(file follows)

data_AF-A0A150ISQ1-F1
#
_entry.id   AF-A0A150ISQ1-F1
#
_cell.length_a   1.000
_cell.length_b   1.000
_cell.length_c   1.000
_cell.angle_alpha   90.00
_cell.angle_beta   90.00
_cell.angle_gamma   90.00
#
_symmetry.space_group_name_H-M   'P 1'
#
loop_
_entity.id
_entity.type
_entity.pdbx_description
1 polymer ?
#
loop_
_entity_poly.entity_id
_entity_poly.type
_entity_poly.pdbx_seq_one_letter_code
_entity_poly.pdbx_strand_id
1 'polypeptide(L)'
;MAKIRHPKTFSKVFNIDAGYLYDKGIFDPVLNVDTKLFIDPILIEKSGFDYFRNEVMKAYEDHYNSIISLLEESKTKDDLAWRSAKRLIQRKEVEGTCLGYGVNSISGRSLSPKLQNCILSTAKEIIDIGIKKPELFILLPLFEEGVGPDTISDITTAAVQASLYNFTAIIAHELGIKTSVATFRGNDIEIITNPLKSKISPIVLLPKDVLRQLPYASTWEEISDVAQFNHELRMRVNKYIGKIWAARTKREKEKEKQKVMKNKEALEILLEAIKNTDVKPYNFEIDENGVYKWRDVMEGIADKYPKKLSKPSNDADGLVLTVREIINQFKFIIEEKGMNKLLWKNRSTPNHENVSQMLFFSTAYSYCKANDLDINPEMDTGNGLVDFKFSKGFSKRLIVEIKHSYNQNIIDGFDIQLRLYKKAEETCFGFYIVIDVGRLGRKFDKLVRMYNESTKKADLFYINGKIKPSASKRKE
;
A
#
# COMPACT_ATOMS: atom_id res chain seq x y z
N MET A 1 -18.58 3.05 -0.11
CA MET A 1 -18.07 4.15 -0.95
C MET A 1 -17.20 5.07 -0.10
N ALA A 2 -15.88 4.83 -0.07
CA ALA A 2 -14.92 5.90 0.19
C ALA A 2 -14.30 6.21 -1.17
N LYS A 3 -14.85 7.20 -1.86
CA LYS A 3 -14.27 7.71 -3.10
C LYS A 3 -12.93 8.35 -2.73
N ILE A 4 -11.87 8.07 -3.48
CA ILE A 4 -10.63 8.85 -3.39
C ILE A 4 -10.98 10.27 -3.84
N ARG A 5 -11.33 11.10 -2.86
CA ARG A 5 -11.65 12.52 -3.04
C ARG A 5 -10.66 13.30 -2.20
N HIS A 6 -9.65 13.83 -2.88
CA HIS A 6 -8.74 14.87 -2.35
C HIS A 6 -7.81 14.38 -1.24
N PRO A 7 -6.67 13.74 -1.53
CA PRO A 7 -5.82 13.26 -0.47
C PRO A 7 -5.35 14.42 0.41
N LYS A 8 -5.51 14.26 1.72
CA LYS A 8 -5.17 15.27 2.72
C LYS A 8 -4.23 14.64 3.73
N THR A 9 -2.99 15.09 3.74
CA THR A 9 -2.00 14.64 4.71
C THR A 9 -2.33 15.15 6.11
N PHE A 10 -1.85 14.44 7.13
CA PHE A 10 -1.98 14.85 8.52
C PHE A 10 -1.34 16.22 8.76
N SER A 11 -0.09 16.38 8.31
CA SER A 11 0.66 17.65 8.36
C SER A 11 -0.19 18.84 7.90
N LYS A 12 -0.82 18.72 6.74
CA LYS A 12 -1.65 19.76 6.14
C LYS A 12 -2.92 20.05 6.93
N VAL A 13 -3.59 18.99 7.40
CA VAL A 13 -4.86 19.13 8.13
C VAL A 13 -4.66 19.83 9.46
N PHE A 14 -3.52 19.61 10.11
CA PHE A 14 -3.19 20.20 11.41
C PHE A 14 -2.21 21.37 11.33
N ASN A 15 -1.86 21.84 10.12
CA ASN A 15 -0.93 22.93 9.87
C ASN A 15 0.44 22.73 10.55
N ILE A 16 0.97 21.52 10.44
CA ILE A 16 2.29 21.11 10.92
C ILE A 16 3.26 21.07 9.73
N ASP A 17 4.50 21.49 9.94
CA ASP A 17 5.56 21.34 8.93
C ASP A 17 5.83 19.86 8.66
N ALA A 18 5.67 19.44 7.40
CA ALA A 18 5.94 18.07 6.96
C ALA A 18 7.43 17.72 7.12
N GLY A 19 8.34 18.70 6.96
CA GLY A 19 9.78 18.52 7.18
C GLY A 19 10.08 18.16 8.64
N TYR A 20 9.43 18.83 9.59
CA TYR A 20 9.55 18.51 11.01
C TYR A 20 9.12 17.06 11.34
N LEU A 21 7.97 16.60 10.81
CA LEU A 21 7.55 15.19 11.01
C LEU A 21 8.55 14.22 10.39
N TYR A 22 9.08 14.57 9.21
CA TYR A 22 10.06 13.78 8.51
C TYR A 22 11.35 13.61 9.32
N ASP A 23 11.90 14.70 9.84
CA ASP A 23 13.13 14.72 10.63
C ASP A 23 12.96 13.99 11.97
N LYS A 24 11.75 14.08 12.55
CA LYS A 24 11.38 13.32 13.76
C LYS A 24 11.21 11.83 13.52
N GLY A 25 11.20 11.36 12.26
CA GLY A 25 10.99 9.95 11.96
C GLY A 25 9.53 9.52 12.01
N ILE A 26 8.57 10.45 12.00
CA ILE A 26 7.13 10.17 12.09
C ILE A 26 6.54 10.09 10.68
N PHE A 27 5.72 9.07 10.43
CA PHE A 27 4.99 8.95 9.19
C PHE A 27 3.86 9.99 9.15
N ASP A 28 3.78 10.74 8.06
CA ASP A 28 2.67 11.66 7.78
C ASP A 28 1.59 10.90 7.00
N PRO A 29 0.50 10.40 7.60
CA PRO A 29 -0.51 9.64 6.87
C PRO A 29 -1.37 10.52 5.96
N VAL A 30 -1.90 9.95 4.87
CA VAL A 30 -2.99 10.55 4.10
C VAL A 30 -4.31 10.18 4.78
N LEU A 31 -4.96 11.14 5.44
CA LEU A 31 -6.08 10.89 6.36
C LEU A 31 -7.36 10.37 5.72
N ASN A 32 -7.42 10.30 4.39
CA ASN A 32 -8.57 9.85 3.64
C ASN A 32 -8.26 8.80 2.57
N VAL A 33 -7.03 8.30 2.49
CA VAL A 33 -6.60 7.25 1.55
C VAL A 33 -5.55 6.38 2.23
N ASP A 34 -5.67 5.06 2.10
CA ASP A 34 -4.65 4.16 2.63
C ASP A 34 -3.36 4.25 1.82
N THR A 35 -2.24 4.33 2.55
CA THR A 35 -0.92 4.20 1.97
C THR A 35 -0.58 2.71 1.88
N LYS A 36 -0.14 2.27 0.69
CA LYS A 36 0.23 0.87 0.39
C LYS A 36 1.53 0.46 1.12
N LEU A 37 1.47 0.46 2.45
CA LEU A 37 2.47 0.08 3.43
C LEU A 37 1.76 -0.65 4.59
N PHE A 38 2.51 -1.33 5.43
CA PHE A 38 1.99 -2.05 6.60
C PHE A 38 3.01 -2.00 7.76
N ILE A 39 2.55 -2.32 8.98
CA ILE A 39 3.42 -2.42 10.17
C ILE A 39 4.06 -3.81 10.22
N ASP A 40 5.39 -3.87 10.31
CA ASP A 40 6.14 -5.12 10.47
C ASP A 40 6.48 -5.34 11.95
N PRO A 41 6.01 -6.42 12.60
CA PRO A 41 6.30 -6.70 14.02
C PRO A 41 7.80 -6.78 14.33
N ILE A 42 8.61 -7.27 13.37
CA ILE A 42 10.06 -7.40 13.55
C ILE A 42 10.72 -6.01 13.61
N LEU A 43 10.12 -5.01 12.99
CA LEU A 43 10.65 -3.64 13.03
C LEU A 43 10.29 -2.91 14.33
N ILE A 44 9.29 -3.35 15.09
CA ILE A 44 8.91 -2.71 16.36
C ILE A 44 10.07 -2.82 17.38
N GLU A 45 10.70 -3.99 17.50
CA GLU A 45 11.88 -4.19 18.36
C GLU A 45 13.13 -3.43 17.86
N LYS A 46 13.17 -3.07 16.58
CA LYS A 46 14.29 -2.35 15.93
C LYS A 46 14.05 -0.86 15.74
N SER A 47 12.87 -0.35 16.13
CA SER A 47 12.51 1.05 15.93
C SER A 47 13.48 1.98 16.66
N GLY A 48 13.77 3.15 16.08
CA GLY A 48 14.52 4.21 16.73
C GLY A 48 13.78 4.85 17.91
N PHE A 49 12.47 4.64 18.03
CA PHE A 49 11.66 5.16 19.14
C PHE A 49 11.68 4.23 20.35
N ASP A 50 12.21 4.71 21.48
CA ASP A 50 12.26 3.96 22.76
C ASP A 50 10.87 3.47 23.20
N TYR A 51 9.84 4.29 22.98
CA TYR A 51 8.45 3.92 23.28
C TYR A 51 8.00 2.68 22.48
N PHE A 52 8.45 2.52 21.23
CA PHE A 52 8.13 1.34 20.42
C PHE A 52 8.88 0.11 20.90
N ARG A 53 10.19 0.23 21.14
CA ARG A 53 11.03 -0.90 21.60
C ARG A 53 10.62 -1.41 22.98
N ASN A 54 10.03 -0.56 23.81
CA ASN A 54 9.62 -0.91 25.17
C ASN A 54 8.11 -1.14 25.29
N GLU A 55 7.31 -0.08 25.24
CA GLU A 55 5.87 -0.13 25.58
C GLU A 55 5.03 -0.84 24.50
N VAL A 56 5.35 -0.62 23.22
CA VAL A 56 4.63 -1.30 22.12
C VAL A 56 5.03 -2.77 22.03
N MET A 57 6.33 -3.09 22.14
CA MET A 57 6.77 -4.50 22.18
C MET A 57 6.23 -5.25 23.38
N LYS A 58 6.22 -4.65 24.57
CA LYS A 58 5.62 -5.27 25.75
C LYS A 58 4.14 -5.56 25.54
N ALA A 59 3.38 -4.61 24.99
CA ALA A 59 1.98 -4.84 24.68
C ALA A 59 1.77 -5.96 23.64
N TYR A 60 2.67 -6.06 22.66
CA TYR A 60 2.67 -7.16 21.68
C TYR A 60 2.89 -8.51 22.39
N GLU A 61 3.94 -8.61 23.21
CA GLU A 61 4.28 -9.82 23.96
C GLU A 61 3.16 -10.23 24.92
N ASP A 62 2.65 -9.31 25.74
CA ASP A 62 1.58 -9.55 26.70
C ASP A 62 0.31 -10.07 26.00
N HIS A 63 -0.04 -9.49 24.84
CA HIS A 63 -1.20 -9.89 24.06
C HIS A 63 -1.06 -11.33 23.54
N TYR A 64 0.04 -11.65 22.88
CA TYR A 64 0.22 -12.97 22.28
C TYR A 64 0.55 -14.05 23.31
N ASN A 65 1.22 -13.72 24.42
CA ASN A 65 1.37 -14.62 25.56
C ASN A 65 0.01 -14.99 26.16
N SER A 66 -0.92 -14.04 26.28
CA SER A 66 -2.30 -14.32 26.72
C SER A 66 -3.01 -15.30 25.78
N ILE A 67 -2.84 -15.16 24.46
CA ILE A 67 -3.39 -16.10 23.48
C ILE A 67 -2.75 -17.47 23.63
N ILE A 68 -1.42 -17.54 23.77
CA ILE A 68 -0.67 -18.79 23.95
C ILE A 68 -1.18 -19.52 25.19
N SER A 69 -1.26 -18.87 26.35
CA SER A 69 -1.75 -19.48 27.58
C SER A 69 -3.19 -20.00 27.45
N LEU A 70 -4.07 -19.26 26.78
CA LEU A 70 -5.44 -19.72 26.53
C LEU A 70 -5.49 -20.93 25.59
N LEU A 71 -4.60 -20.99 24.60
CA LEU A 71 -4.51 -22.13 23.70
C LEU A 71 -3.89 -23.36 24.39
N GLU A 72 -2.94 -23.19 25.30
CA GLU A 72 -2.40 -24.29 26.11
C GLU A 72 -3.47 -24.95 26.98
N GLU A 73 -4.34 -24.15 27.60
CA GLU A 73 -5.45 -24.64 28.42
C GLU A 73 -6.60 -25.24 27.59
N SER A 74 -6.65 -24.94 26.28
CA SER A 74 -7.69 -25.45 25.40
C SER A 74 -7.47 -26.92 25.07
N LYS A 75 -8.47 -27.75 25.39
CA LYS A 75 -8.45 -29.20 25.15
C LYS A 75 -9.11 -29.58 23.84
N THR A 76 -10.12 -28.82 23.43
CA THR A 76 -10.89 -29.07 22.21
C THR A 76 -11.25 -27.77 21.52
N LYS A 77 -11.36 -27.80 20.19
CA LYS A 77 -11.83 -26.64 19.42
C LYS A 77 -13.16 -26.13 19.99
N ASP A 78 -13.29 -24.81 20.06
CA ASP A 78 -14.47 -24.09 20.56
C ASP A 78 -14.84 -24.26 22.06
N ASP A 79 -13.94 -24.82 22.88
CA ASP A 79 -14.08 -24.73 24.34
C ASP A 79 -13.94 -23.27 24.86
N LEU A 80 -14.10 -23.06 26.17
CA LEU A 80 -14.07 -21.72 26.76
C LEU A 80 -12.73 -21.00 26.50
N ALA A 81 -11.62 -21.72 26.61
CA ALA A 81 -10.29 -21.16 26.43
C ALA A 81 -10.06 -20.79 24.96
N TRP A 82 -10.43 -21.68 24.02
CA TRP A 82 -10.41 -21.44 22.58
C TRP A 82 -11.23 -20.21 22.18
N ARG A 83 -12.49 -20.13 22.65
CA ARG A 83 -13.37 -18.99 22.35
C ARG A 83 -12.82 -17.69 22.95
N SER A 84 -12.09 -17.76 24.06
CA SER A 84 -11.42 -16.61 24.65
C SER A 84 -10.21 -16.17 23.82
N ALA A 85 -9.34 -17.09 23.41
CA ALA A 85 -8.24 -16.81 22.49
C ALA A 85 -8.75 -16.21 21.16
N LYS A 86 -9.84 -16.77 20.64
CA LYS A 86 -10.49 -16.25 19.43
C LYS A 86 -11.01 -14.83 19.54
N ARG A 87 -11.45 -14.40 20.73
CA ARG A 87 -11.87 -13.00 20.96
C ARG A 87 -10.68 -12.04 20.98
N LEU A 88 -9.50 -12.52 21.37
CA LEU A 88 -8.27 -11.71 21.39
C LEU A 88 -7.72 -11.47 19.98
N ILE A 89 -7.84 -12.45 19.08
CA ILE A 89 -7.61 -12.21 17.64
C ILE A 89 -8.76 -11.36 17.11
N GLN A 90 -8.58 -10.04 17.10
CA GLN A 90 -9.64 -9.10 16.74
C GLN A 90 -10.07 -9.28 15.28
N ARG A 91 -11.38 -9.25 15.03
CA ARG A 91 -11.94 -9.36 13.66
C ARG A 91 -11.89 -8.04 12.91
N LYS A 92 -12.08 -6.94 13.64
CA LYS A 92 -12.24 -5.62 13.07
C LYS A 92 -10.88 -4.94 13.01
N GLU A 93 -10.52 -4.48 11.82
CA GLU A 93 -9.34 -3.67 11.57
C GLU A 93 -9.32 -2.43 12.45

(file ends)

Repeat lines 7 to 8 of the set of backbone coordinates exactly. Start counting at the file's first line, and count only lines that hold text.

_cell.length_c   1.000
_cell.angle_alpha   90.00